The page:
For those even remotely familiar with the Final Fantasy series, there are typically a few key features that jump to the front of their minds: intricate worlds imbued with magic, Moogles rearing their mischievous heads, Chocobos running wild through fields of Cactuars and epic boss battles like no other.
But underlying these elements is always a spectacular soundtrack, perfectly fitted to the game’s atmosphere. Since the start of the franchise, Nobuo Uematsu has been the man behind the music, creating the tunes that have now become synonymous with the Final Fantasy name.
As the musical responsibilities for the Final Fantasy franchise pass from his hands to the qualified hands of Yoko Shimomura (perhaps best known for her work on Kingdom Hearts) for Final Fantasy XV, it seems appropriate to honor the man who has been an intrinsic part of the game’s universe since its inception.
Uematsu, referred to in many circles as the John Williams of the video game industry, seemed destined for the world of music since his childhood. Inspired by Elton John, he taught himself how to play the piano at the age of 12. Through his entire career, Uematsu has never received any formal training.
Contrary to what many aspiring composers may do today, Uematsu did not set out to make his name as one of the masterminds behind one of the greatest video game or movie franchises in history. Uematsu relied on pure talent and determination in creating his first video game soundtrack for Cruise Chaswer Blassty. It was while creating this first composition that he was first enlisted by Hironobu Sakaguchi, creator of Final Fantasy, to write music for the now-famous title.
Working within the confines of the electronic sounds produced by the NES would have been a challenge for any composer, even one with years of training. Uematsu’s creativity served him well as he chose to play with the frequencies of the sounds rather than the sounds themselves. This allowed him to show the emotion that has become a staple of any of his tracks, past or present.
However, Uematsu never intended to enter the video game industry, and had no intentions of staying long. His heart drove him closer to Hollywood than his homeland of Japan.
“When I was a kid I actually grew up desperately wanting to compose songs for movie soundtracks,” Uematsu said in an interview with IGN. “As fate would have it, I ended up in the video game industry, simply because there didn’t happen to be any jobs available for film composing at the time!”
Looking back on his early days now, Uematsu has found a certain level of appreciation for his stumble into the world of Sonic and Spyro. The esteemed composer found an independence in his work creating some of the most well-known video game tracks of all-time.
“Directors on films could be quite… bothersome to work with. They tend to be very picky about how things should be and I think it’d be quite stifling as a composer. I wouldn’t feel the same amount of freedom that I have working with video games, and that I’m very fortunate to have,” Uematsu remarked.
This doesn’t mean that the world of video games has been without its share of pressures. One of the most memorable tracks ever written by Uematsu came from a last-minute plea by Sakaguchi. The music man had just finished composing what he thought would be all of the tracks for the game when Sakaguchi asked for one final track, giving Uematsu thirty minutes to craft what would be played in the background of the opening screen.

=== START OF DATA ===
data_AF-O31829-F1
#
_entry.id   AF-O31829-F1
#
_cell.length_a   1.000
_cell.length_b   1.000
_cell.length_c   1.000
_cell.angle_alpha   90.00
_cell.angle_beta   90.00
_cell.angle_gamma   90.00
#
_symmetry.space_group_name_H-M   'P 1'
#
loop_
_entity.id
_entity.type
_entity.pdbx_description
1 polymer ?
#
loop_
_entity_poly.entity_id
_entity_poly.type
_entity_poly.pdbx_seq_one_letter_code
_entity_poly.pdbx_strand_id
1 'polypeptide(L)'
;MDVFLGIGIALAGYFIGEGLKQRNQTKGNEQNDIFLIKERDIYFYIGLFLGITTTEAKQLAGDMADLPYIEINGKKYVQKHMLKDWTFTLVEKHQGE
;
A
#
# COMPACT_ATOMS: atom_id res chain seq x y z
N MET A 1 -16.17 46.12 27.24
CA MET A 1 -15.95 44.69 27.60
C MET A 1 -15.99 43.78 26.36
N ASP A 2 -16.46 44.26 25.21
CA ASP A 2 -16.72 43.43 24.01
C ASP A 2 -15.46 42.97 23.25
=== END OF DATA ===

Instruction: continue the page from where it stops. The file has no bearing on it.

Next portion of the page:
This became “Prelude”, a track so famous it is practically synonymous with the name Final Fantasy itself. Appearing in most of the Final Fantasy games (although with some variations and on different screens), “Prelude” has become one of the staples of the franchise.
Uematsu decided to set out on his own in 2004, leaving behind the halls of Square Enix to create his own production company, Smile Please. A few short years later in 2006, the gifted man began Dog Ear Records, a music production company specializing in video game soundtracks as well as some original albums.
Despite stepping out on his own and leaving an official role at the company, Uematsu has continued to act as a freelancer for the developer, working on tracks for more recent Final Fantasy titles like Final Fantasy X and the online MMORPG Final Fantasy XIV. He’s continued to find success, making history in 2012 when “Aerith’s Theme”, a track from Final Fantasy VII, became the first piece of music written for a video game to appear in the Classic FM Hall of Fame.
Although Uematsu will not be a part of the franchise moving forward, his legacy continues to live on in other ways. Orchestral concerts like “Distant Worlds” are centered on the tracks that have made Uematsu famous. Huge screens show images from the Final Fantasy games in the middle of the performance. This sets it apart from what many would consider the standard symphonic experience.
After creating over a hundred tracks for the franchise over his storied career, one track stands out to Uematsu as one he’s most proud to have left behind.
“The theme from Final Fantasy is basically the song I’d like to be remembered by,” Uematsu said. “I think it’s very soft and warm, but there’s a strength to it. It’s appealing and I think it’s the most important song in terms of everything I’ve ever done.”
While the world of Final Fantasy will continue to grow and evolve without him, Uematsu’s inspiring tracks were vital to the creation of some of the world’s most beloved games. He has paved the way for a new generation of composers to embrace what can be done with new technologies, and new forms of entertainment.